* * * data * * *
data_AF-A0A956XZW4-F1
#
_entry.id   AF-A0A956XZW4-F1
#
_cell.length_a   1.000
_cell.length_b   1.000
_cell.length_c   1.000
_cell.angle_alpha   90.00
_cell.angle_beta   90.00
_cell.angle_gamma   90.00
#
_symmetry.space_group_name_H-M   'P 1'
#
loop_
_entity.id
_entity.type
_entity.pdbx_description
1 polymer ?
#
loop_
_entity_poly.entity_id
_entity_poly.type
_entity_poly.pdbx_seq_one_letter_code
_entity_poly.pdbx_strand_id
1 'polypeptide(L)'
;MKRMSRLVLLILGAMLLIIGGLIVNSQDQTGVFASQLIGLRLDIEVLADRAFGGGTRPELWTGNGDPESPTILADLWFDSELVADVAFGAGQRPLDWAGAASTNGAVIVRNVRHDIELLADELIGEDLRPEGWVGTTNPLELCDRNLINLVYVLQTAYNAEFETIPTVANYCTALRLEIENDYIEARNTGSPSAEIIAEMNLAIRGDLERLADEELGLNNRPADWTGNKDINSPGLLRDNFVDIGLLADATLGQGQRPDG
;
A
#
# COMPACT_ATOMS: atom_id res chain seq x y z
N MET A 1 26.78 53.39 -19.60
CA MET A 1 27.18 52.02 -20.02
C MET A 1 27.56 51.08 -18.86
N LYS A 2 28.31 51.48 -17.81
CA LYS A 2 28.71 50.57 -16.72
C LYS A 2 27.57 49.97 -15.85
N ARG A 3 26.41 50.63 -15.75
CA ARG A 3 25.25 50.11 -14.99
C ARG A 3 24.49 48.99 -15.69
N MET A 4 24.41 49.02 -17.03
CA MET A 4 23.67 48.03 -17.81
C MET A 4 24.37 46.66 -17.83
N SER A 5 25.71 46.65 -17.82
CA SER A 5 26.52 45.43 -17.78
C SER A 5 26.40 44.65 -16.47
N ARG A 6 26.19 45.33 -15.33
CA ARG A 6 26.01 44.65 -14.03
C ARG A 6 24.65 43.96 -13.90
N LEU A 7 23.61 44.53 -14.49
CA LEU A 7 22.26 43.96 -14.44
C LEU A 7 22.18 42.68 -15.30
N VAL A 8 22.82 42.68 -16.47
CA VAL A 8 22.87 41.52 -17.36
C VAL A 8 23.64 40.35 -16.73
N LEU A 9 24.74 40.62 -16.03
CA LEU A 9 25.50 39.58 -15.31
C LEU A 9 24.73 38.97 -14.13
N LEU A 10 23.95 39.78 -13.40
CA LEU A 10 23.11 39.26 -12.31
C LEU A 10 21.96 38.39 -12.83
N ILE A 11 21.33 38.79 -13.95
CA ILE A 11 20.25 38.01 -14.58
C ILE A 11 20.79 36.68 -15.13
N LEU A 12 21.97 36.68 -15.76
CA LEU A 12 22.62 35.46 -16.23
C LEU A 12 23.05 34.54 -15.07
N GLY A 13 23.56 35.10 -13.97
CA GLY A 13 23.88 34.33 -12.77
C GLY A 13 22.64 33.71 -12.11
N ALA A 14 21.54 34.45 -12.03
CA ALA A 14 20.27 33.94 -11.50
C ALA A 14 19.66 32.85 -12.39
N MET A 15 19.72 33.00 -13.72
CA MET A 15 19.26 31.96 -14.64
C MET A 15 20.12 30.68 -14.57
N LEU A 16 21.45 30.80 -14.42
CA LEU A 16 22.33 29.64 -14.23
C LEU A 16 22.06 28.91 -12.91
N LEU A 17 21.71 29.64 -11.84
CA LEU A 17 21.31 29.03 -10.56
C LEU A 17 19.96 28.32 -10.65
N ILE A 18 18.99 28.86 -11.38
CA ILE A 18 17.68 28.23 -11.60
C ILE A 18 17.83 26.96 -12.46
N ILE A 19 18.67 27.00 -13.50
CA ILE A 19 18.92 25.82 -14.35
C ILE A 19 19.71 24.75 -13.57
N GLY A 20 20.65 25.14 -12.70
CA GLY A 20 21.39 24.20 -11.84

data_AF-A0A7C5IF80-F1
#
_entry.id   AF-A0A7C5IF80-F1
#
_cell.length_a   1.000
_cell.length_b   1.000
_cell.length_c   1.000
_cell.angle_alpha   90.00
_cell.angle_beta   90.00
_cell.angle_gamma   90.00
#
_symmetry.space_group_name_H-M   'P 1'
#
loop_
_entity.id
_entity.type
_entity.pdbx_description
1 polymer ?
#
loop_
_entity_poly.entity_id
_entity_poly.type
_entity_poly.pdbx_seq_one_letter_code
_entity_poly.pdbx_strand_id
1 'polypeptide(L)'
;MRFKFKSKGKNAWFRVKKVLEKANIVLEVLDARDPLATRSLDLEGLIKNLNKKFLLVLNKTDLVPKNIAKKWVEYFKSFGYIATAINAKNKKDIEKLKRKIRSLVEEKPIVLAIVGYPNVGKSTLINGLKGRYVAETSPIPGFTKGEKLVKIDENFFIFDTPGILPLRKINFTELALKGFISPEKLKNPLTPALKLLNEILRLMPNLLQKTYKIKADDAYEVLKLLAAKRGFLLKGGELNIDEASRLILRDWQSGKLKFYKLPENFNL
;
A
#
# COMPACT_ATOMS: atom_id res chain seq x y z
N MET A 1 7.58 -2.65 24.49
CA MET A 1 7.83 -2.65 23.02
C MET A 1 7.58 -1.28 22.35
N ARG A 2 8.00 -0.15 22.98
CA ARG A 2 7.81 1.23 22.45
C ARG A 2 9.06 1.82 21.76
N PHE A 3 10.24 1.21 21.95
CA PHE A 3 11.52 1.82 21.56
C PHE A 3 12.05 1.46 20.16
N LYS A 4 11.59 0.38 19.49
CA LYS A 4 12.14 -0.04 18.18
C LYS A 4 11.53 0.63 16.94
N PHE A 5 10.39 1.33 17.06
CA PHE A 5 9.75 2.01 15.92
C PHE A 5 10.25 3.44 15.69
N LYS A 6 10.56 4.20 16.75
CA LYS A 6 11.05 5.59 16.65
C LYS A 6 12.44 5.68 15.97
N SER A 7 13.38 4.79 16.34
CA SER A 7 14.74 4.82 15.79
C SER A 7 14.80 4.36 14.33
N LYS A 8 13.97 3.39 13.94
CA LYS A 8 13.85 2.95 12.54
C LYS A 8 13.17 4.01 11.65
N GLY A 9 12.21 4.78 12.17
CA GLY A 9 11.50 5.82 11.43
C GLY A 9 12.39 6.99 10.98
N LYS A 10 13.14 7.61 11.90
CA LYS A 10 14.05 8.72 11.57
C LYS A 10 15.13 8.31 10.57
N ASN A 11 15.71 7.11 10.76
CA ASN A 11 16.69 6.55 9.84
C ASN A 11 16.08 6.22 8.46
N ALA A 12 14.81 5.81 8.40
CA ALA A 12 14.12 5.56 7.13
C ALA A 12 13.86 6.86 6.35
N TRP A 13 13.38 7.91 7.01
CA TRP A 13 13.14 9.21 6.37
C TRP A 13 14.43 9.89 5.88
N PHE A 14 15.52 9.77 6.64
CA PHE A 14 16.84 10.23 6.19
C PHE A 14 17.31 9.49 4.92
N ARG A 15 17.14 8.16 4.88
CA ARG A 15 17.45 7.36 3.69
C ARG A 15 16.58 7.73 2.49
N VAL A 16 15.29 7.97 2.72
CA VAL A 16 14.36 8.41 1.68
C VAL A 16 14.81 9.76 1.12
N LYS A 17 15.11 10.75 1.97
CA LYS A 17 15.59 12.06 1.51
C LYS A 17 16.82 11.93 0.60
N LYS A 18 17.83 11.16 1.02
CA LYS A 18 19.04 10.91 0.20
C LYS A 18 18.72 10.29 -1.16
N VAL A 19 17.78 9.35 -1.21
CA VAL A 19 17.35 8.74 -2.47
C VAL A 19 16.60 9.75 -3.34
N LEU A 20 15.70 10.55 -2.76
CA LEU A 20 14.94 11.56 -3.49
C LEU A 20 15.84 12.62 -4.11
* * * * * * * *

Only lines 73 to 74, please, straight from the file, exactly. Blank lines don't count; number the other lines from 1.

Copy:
N MET A 15 19.72 33.00 -13.72
CA MET A 15 19.26 31.96 -14.64